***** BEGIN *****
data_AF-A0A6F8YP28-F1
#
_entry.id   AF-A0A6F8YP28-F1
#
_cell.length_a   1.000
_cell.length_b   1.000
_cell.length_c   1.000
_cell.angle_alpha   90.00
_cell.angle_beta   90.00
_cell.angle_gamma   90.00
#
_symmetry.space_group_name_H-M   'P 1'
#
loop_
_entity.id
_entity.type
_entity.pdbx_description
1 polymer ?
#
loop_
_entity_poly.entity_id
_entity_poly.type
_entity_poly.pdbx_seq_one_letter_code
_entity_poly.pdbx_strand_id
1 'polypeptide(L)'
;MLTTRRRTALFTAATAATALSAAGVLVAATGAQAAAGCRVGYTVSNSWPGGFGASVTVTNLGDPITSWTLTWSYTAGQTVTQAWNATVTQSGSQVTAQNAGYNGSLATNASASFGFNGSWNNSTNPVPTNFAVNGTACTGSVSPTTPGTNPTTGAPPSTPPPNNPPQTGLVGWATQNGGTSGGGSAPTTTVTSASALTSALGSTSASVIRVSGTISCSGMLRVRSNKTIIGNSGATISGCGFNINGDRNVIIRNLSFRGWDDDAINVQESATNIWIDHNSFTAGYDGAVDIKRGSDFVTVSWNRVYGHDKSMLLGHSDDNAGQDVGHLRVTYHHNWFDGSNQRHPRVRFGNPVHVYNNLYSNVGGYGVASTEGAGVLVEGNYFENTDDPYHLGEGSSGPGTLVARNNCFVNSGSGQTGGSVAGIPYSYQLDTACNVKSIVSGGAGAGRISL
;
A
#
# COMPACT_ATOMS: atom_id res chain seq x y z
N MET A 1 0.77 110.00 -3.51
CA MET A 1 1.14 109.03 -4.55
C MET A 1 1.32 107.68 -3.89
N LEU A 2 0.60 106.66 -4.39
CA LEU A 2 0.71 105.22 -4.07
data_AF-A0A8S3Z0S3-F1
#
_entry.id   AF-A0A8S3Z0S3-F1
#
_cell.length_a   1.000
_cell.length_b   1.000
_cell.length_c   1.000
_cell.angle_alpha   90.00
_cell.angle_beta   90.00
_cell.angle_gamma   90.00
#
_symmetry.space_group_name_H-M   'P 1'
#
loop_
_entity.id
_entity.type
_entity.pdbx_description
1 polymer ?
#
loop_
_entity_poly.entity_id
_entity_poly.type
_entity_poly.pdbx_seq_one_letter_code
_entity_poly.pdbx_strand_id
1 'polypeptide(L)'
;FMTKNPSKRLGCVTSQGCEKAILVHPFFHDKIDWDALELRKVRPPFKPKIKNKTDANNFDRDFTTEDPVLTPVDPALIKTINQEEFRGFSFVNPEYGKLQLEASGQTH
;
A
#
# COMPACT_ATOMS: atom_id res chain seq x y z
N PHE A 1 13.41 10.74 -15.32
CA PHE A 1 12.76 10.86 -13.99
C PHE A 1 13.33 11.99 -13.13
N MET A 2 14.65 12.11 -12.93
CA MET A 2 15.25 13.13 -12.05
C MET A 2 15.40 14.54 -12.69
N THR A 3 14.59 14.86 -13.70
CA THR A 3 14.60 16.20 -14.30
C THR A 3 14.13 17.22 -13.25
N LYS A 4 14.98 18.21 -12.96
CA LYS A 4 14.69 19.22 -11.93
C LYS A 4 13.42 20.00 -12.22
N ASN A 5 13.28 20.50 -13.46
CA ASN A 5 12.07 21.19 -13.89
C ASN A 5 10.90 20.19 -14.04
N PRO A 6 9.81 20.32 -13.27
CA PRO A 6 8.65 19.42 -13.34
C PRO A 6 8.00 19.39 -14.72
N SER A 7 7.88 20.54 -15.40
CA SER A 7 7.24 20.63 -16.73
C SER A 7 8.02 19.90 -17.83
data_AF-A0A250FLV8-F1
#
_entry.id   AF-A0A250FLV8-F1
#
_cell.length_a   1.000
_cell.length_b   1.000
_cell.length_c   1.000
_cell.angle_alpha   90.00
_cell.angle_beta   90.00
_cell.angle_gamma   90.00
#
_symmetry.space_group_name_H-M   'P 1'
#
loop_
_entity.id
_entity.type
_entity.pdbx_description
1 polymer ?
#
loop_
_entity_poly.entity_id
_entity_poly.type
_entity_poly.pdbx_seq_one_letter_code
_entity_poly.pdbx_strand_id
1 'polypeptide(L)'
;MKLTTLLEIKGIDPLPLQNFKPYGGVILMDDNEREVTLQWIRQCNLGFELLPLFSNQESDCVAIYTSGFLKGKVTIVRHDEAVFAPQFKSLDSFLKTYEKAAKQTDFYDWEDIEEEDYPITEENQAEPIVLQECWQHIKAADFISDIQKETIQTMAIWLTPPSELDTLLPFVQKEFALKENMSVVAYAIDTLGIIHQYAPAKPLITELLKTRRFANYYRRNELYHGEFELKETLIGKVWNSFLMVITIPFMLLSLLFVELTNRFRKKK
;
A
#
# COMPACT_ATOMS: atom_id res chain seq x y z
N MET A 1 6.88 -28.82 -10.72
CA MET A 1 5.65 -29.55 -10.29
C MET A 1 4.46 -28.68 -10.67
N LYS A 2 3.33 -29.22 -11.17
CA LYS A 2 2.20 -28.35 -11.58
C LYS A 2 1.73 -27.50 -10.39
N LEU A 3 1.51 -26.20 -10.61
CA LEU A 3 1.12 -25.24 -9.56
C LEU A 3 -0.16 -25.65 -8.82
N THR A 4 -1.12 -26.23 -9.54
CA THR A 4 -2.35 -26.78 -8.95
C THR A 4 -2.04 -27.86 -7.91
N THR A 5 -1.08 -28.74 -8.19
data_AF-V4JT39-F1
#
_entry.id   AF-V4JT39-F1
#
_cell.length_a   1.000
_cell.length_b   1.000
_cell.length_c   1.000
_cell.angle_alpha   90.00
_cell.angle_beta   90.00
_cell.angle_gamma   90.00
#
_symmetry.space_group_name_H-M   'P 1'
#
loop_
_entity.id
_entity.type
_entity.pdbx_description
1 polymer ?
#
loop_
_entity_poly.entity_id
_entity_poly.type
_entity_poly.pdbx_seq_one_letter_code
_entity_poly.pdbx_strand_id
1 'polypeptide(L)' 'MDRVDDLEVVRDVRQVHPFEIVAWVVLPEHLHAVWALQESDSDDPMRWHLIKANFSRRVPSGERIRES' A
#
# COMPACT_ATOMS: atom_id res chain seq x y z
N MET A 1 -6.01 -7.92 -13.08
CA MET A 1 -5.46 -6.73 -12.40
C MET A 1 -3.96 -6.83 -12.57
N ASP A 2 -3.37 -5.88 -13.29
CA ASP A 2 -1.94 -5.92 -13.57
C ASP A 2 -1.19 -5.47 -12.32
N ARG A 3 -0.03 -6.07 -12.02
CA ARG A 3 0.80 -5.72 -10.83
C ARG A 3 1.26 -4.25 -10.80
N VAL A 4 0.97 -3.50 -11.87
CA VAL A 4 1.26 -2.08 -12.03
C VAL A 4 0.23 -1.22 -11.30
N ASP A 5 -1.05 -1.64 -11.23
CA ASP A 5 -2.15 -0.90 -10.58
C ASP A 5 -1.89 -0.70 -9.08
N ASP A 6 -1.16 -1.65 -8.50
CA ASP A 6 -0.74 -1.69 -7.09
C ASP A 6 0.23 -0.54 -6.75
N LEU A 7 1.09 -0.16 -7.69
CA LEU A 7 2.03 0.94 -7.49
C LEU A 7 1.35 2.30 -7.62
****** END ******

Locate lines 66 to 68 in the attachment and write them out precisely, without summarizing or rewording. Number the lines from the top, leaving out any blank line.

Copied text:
N PHE A 1 13.41 10.74 -15.32
CA PHE A 1 12.76 10.86 -13.99
C PHE A 1 13.33 11.99 -13.13